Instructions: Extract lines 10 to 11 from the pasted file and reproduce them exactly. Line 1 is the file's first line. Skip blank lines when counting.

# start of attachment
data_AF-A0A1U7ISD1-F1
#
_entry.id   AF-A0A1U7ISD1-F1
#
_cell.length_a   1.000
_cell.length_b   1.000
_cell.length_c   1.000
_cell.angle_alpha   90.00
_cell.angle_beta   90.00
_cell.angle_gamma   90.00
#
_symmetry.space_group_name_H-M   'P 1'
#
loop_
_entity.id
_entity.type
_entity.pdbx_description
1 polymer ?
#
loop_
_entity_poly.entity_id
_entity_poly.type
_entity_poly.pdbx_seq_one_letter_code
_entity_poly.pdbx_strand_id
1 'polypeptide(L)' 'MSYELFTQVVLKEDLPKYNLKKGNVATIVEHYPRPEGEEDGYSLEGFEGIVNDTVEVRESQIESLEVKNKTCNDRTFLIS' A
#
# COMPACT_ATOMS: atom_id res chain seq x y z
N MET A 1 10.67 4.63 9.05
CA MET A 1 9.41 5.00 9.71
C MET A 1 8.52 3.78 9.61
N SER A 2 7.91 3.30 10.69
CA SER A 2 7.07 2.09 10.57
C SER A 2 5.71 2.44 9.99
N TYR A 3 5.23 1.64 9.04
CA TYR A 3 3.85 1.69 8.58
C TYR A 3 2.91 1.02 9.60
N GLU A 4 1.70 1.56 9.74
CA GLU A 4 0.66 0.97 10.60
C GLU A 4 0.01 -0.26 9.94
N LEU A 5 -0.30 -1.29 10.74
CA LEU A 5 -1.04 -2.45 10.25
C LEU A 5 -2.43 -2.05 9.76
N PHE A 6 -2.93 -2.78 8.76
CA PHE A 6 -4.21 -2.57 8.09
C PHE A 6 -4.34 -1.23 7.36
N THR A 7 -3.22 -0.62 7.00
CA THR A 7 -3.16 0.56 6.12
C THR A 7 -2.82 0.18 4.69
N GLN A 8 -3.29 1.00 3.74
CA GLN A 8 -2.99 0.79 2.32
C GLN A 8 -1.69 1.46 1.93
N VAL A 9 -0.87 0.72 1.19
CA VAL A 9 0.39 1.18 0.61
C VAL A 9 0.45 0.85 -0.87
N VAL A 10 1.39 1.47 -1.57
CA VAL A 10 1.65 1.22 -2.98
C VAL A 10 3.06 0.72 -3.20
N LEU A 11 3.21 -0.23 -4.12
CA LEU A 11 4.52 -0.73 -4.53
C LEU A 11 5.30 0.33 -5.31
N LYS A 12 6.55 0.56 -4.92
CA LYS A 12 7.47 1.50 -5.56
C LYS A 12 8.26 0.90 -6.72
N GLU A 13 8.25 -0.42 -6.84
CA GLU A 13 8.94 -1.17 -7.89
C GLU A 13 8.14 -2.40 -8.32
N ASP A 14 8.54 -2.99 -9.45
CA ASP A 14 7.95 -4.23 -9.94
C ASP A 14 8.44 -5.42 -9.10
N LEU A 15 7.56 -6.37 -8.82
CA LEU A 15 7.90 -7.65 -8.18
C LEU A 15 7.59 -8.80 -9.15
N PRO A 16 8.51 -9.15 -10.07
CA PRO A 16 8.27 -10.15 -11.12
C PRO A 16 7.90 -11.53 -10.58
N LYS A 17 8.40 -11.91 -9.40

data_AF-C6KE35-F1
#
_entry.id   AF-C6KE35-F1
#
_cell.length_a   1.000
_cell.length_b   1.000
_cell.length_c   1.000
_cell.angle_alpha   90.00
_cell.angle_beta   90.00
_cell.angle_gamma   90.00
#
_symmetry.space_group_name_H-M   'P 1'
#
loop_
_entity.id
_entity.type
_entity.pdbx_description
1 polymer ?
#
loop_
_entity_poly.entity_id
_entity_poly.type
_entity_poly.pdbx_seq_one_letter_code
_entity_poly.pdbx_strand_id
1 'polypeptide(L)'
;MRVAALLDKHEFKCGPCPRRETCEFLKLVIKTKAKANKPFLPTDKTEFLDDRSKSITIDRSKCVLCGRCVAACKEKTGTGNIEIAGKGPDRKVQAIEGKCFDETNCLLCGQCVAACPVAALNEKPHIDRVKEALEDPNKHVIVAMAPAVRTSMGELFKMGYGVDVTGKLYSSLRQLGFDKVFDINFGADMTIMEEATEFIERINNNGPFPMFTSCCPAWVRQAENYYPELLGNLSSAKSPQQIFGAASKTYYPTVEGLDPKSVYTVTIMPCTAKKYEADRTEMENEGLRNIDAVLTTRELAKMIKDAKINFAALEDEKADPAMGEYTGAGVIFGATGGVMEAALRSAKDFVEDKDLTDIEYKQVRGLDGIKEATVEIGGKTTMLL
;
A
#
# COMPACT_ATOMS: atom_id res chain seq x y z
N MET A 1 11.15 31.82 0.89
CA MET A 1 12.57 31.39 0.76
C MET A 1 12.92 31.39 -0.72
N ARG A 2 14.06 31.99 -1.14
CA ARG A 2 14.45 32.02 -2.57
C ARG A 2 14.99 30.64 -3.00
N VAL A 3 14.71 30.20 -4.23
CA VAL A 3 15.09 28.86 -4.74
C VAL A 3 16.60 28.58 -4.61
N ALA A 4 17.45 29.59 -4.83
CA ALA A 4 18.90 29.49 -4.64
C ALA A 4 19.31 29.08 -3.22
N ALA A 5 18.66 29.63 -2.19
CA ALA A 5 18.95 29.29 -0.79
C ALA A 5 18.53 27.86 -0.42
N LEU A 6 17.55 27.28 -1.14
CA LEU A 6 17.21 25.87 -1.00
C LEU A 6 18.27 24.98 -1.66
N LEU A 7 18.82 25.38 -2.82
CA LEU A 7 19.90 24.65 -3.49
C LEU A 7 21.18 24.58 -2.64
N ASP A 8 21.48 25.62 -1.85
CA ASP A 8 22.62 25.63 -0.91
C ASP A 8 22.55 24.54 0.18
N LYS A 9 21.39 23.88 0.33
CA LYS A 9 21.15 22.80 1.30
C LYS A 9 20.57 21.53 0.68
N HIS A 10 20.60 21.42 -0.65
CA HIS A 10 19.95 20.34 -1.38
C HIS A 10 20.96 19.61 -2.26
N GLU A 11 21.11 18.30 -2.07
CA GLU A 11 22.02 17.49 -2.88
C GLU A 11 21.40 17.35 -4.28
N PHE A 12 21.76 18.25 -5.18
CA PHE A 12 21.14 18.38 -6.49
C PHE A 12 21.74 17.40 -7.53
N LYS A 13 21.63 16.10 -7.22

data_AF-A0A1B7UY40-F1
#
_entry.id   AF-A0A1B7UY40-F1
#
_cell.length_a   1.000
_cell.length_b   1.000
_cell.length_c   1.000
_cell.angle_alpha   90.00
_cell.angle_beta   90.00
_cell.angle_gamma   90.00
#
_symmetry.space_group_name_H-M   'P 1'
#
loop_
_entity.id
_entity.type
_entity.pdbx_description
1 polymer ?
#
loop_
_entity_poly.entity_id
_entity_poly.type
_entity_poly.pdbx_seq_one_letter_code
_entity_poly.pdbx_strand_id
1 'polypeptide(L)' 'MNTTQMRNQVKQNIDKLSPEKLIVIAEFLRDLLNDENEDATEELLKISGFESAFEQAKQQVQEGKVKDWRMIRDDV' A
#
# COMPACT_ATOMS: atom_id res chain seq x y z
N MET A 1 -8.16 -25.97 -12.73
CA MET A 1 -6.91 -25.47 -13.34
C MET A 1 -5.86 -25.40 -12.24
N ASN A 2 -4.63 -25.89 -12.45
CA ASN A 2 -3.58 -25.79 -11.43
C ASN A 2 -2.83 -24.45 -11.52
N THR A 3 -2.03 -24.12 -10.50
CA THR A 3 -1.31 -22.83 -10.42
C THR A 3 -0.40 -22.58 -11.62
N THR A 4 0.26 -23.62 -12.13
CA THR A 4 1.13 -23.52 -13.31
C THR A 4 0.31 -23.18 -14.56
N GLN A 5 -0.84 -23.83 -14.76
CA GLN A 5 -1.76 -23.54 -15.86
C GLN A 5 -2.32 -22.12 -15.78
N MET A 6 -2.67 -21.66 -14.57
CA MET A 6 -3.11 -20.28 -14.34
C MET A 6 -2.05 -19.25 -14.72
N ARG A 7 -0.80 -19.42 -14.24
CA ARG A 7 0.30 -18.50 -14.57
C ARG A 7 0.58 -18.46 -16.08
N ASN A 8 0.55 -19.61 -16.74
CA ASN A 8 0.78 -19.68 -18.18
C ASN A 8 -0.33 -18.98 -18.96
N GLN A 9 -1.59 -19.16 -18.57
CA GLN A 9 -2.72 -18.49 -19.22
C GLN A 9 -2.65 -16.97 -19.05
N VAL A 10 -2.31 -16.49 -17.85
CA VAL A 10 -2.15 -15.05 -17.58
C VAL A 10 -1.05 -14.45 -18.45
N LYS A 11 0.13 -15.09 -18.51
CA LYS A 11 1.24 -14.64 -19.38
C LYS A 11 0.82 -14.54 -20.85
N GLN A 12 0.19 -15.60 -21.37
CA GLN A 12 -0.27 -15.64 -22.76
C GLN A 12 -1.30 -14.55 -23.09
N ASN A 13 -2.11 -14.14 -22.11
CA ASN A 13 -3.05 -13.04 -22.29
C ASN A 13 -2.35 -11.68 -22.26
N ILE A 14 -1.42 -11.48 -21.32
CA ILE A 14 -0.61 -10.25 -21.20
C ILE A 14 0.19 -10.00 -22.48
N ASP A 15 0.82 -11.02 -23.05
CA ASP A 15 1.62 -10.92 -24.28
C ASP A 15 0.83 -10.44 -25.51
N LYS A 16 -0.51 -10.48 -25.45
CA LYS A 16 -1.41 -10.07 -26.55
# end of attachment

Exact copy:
_cell.angle_gamma   90.00
#